Commands tagged I/O (4)

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convert pdf into multiple png files
syntax for resolution is: (see "man gs" for further informations) -rnumber -rnumber1xnumber2

rename all images in folder with prefix of date and time from exif data
imagemagick is required

Get full from half remembered commands
Show all commands having the part known by you. Eg: $apropos pdf | less

count how many times a string appears in a (source code) tree
grep -o puts each occurrence in a separate line

tar+pbzip2 a dir

pipe output of a command to your clipboard
In turn you can get the contents of your clipboard by typing xsel by itself with no arguments: $ xsel This command requires you to install the xsel utility which is free

View all file operator expressions for any file, test, stat
Applies each file operator using the built-in test. $ testt /home/askapache/.sq /home/askapache/.sq -a True - file exists. -d True - file is a directory. -e True - file exists. -r True - file is readable by you. -s True - file exists and is not empty. -w True - the file is writable by you. -x True - the file is executable by you. -O True - the file is effectively owned by you. -G True - the file is effectively owned by your group. -N True - the file has been modified since it was last read. Full Function: testt () { local dp; until [ -z "${1:-}" ]; do dp="$1"; [[ ! -a "$1" ]] && dp="$PWD/$dp"; command ls -w $((${COLUMNS:-80}-20)) -lA --color=tty -d "$dp"; [[ -d "$dp" ]] && find "$dp" -mount -depth -wholename "$dp" -printf '%.5m %10M %#15s %#9u %-9g %#5U %-5G %Am/%Ad/%AY %Cm/%Cd/%CY %Tm/%Td/%TY [%Y] %p\n' -a -quit 2> /dev/null; for f in a b c d e f g h L k p r s S t u w x O G N; do test -$f "$dp" && help test | sed "/-$f F/!d" | sed -e 's#^[\t ]*-\([a-zA-Z]\{1\}\) F[A-Z]*[\t ]* True if#-\1 "'$dp'" #g'; done; shift; done }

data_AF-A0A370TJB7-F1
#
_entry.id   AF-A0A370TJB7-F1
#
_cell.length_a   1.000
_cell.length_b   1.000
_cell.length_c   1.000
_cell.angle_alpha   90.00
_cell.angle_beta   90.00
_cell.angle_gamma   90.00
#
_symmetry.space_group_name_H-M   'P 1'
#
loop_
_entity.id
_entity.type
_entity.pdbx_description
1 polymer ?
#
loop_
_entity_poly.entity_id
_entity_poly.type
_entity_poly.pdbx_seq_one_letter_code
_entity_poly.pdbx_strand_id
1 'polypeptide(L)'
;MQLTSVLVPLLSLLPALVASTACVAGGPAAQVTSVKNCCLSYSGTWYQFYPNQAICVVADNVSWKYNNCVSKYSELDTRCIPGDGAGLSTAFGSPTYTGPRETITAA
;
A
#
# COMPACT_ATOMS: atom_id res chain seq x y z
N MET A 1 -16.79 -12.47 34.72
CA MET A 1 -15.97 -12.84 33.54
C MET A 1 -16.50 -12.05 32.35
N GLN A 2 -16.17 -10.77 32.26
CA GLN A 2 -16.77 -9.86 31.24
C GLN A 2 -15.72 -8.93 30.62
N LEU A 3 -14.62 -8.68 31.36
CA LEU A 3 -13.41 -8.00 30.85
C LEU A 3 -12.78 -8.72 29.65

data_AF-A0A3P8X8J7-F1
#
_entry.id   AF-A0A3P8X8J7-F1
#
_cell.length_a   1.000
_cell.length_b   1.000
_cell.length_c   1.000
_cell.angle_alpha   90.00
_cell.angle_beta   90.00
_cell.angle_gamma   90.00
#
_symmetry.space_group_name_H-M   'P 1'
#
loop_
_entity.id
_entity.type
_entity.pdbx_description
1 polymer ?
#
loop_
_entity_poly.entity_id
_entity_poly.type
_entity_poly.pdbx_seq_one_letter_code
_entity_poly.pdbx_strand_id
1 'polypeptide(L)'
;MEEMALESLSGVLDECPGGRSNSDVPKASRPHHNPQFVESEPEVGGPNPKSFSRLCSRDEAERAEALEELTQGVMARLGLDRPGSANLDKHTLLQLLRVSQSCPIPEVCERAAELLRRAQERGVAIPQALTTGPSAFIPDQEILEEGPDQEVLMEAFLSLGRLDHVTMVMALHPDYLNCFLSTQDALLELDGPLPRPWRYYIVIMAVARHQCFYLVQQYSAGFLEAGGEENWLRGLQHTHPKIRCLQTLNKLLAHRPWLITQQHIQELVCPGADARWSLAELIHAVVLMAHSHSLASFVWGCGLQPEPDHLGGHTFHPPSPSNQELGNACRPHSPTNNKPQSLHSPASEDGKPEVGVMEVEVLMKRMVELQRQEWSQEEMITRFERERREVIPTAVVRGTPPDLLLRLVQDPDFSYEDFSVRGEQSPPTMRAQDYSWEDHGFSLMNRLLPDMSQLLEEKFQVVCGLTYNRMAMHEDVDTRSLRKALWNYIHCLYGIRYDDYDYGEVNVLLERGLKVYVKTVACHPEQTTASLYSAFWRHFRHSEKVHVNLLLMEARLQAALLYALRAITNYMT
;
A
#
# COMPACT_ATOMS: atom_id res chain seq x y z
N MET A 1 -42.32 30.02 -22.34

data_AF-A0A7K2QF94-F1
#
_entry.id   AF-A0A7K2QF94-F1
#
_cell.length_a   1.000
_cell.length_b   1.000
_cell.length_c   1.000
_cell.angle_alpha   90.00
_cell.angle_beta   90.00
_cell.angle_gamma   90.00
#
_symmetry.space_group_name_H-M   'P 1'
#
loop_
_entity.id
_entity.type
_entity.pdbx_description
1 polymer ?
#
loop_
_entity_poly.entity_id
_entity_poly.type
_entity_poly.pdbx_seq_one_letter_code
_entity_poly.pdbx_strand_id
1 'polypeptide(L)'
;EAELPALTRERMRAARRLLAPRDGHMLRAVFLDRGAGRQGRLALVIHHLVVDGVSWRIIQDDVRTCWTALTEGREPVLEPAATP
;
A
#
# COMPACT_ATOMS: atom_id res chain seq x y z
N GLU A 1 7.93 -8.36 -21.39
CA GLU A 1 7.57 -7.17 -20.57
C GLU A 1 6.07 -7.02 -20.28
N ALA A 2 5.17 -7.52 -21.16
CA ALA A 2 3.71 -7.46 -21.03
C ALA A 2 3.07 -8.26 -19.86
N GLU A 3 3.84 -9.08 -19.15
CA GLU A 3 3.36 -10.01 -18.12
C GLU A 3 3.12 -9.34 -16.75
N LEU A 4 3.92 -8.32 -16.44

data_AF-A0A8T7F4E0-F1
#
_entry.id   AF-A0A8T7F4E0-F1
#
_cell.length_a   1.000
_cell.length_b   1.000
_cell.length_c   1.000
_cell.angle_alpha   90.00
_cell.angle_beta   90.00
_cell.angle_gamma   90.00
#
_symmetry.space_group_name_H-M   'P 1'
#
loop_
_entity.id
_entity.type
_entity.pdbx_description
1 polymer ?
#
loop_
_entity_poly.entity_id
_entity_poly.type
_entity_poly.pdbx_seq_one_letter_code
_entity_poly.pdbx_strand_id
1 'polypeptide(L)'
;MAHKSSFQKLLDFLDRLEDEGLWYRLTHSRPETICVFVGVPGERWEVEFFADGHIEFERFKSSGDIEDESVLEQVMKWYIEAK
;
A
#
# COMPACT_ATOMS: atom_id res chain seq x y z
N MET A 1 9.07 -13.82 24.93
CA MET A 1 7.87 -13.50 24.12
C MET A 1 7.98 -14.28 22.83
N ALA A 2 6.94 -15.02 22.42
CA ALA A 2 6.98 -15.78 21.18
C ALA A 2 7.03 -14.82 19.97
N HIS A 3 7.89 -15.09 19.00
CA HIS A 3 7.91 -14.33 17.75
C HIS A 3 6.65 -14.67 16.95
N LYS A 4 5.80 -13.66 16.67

Replace multiple file extensions with a single extension
The above is just a prove of concept based around the nested bash substitution. This could be useful in situations where you're in a directory with many filetypes but you only want to convert a few. $ for f in *.bmp *.jpg *.tga; do convert $f ${f%.*}.png; done or you can use ls | egrep to get more specific... but be warned, files with spaces will cause a ruckus with expansion but the bash for loop uses a space delimited list. $ for f in $(ls | egrep "bmp$|jpg$|tga$"); do convert $f ${f%.*}.png; done I'm guessing some people will still prefer doing it the sed way but I thought the concept of this one was pretty neat. It will help me remember bash substitutions a little better :-P

Configure a serial line device so you can evaluate it with a shell script
I had a hard time in finding the correct settings to get reasonable output from a coin selector which sends its data over a serial line. In the end, minicom came to the rescue and pointed me on the right track. So, if you need to do something similar, these settings may help you. Replace ttyUSB0 with your device file, 9600 with your baud rate, 5 with your read timeout (10ths of a second), and 1 with the minimum numbers of characters you want to read. You can then open the device file like you are used to do, example: $ DATA="`xxd -ps -l 5 \"$DEV\"`"

See all the commits for which searchstring appear in the git diff


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